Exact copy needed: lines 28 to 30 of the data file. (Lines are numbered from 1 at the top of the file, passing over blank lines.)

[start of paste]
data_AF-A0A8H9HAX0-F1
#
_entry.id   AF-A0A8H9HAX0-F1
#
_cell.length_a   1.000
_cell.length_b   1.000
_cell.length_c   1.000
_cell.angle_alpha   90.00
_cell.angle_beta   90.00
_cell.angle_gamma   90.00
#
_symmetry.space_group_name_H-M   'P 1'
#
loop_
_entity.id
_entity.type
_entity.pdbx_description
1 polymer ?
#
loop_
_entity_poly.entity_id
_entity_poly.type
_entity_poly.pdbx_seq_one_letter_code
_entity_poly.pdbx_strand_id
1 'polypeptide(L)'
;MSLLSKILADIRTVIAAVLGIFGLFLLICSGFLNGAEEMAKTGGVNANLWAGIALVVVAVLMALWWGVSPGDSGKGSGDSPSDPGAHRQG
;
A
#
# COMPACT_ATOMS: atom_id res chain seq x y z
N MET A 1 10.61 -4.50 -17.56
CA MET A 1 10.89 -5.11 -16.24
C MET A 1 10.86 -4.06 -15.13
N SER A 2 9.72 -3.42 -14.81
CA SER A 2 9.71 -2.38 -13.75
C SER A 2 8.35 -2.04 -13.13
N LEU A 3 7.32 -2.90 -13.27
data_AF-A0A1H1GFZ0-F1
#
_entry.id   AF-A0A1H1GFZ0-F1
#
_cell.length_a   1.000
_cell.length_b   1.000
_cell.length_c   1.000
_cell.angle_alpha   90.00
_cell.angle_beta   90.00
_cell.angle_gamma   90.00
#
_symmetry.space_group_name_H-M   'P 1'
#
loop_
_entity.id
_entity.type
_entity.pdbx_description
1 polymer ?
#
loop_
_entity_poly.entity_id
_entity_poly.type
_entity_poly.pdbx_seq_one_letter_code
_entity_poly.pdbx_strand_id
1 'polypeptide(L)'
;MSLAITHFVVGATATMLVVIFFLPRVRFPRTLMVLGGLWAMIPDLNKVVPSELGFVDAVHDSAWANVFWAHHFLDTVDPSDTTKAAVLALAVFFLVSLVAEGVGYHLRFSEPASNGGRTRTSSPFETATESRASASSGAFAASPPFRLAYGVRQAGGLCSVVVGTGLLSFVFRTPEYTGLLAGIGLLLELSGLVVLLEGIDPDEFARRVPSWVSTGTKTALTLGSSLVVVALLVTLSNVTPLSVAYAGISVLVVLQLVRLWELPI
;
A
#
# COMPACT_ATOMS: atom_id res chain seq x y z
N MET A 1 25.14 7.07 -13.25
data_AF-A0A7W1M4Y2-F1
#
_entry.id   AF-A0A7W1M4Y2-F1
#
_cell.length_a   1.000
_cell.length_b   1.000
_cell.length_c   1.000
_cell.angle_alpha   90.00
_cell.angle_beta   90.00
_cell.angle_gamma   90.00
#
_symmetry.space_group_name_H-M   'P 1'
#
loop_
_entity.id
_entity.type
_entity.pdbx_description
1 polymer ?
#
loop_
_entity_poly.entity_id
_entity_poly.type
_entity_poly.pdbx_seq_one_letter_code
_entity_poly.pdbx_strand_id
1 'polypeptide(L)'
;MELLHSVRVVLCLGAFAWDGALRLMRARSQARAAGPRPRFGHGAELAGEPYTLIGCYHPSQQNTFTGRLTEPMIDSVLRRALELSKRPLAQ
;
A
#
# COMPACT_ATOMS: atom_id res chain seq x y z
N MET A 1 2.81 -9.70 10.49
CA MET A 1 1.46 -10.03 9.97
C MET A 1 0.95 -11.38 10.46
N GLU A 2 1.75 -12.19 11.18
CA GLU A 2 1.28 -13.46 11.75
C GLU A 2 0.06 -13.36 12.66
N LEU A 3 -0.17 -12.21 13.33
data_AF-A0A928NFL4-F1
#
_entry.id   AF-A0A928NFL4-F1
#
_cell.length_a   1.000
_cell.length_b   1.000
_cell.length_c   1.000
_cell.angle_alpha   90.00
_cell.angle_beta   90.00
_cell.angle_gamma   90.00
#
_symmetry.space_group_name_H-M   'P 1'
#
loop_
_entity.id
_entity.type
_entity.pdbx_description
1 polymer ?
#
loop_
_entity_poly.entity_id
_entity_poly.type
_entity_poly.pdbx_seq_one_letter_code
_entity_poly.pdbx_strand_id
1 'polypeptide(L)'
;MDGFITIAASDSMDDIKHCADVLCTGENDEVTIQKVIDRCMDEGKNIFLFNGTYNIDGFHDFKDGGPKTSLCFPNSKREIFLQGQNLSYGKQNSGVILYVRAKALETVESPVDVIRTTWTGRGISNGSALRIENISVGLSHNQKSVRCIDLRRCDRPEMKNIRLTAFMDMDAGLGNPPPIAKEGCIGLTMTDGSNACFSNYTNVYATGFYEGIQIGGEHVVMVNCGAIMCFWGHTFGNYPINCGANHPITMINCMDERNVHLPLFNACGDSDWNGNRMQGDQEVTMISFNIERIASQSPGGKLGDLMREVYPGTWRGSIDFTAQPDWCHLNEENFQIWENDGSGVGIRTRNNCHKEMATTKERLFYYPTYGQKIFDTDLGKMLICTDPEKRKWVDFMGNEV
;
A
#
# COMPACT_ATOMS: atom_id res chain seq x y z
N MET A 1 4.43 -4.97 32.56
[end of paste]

A
#
# COMPACT_ATOMS: atom_id res chain seq x y z